Shame, embarrassment, and fear often keep us from exposing our psychological baggage to the masses, and the main characters in Tom Earle’s newest middle-grade novel are especially keen to keep their traumas under wraps.
Twelve-year-old Jake Dumont may be an outstanding centre for the North York Penguins hockey team, but the physical and emotional abuse he endures at the hands of his father, combined with the limited support he gets from his fearful mother, force him to give up on his dream of a hockey career and run away from home. With limited funds at his disposal, Jake makes his way to downtown Toronto and takes shelter in the shuttered Maple Leaf Gardens.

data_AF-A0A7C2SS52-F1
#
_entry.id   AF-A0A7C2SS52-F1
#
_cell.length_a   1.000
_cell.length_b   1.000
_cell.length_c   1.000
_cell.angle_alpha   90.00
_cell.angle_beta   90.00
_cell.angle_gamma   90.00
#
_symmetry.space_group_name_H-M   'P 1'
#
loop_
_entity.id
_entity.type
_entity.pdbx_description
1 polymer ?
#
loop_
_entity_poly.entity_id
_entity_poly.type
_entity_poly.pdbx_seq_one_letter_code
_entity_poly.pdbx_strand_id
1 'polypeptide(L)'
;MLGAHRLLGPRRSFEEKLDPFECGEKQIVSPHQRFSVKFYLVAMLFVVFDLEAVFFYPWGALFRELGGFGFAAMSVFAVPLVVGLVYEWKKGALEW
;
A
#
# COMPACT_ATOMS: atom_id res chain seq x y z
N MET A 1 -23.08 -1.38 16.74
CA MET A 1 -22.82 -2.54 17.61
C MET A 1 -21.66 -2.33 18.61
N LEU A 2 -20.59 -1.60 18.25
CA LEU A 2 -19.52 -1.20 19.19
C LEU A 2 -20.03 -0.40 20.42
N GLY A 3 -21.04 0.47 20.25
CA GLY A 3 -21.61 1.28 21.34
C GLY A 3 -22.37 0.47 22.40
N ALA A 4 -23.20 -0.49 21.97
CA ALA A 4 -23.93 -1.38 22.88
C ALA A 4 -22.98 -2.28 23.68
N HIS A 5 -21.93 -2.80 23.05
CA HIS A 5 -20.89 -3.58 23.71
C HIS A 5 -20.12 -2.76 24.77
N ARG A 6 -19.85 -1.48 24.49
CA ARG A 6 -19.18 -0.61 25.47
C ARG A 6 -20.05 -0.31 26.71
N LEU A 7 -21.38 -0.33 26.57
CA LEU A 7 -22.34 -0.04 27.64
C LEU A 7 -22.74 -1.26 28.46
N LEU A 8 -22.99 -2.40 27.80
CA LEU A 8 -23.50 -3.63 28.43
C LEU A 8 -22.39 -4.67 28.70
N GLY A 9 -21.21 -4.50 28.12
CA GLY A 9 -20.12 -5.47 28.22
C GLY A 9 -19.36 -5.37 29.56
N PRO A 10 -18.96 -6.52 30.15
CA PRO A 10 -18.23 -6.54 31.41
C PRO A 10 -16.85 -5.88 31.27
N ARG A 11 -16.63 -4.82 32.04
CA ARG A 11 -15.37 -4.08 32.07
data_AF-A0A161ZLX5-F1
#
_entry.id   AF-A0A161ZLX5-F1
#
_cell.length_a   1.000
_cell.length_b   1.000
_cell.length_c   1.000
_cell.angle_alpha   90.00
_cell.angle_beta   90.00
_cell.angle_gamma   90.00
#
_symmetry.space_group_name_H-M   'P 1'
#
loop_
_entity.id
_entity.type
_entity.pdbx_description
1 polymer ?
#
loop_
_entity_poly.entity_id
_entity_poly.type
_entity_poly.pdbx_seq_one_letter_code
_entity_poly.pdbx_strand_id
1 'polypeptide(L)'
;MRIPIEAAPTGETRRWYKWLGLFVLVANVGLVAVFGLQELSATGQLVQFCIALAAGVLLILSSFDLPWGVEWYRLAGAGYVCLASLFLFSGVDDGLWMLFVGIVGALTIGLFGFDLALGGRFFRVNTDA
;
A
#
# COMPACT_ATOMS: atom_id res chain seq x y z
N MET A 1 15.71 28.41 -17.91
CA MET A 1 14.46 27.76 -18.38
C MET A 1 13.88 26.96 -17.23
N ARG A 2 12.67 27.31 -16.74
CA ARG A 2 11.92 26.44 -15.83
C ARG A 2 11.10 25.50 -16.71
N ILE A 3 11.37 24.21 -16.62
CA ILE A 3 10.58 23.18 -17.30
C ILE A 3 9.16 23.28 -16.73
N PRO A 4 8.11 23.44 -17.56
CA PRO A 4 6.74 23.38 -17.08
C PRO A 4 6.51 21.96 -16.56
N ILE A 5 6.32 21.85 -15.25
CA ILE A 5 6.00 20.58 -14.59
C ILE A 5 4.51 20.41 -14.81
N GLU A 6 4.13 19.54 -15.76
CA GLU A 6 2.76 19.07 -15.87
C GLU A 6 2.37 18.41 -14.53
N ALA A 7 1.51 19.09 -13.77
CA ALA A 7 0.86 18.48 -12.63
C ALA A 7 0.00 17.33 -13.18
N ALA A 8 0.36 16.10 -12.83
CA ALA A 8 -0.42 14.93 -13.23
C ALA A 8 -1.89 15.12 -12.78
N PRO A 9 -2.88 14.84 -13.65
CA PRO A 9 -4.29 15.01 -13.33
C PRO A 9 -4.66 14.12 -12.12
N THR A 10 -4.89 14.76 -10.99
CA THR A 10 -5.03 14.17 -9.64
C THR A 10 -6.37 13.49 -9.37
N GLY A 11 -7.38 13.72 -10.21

But the vacant arena already has a resident, an older homeless man named Scooter. Over daily meals at a local soup kitchen, an occasional doughnut at Tim Hortons, and regular readings of the Toronto Star, Jake and Scooter share just enough about themselves to understand the complexity of each other’s situation. The two help each other live, rather than just survive, but the story does not offer a predictable outcome or promise a happy ending.
Earle’s experiences as a pro hockey player provide a detailed, sport-saturated background for Home Ice Advantage, but it’s the vulnerability of the hockey-loving characters that gives the story its rich layers. Jake and Scooter may seem to be all about hockey, but Earle deftly exposes their complexities, laying bare the duo’s apprehensions, desires, and sense of pride even as they find the means to prevail when everything is working against them.